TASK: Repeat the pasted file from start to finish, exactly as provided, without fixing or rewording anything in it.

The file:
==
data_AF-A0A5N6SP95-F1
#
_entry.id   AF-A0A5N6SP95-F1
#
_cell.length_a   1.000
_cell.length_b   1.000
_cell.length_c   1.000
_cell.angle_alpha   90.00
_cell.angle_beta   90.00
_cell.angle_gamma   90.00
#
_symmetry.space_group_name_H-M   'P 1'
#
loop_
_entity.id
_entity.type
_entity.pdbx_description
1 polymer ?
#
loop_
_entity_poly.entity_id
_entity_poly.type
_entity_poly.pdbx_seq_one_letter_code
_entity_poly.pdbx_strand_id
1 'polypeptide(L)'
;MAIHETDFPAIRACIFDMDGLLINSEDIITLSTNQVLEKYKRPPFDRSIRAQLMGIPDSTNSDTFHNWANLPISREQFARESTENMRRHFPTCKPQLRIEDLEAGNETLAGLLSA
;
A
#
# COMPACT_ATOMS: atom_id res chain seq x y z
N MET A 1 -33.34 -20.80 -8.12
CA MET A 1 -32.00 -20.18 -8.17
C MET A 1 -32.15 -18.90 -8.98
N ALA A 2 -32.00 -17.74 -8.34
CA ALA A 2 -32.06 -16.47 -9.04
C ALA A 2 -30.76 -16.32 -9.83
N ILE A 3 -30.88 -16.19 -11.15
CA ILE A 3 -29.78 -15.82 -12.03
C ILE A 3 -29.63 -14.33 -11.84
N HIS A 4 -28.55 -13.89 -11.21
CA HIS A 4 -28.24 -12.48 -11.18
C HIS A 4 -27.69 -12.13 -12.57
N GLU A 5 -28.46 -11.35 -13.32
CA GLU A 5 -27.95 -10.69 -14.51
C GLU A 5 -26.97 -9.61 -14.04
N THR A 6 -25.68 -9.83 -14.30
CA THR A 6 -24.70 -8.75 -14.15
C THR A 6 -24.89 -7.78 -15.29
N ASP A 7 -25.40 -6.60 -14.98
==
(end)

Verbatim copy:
data_AF-A0A5N6SP95-F1
#
_entry.id   AF-A0A5N6SP95-F1
#
_cell.length_a   1.000
_cell.length_b   1.000
_cell.length_c   1.000
_cell.angle_alpha   90.00
_cell.angle_beta   90.00
_cell.angle_gamma   90.00
#
_symmetry.space_group_name_H-M   'P 1'
#
loop_
_entity.id
_entity.type
_entity.pdbx_description
1 polymer ?
#
loop_
_entity_poly.entity_id
_entity_poly.type
_entity_poly.pdbx_seq_one_letter_code
_entity_poly.pdbx_strand_id
1 'polypeptide(L)'
;MAIHETDFPAIRACIFDMDGLLINSEDIITLSTNQVLEKYKRPPFDRSIRAQLMGIPDSTNSDTFHNWANLPISREQFARESTENMRRHFPTCKPQLRIEDLEAGNETLAGLLSA
;
A
#
# COMPACT_ATOMS: atom_id res chain seq x y z
N MET A 1 -33.34 -20.80 -8.12
CA MET A 1 -32.00 -20.18 -8.17
C MET A 1 -32.15 -18.90 -8.98
N ALA A 2 -32.00 -17.74 -8.34
CA ALA A 2 -32.06 -16.47 -9.04
C ALA A 2 -30.76 -16.32 -9.83
N ILE A 3 -30.88 -16.19 -11.15
CA ILE A 3 -29.78 -15.82 -12.03
C ILE A 3 -29.63 -14.33 -11.84
N HIS A 4 -28.55 -13.89 -11.21
CA HIS A 4 -28.24 -12.48 -11.18
C HIS A 4 -27.69 -12.13 -12.57
N GLU A 5 -28.46 -11.35 -13.32
CA GLU A 5 -27.95 -10.69 -14.51
C GLU A 5 -26.97 -9.61 -14.04
N THR A 6 -25.68 -9.83 -14.30
CA THR A 6 -24.70 -8.75 -14.15
C THR A 6 -24.89 -7.78 -15.29
N ASP A 7 -25.40 -6.60 -14.98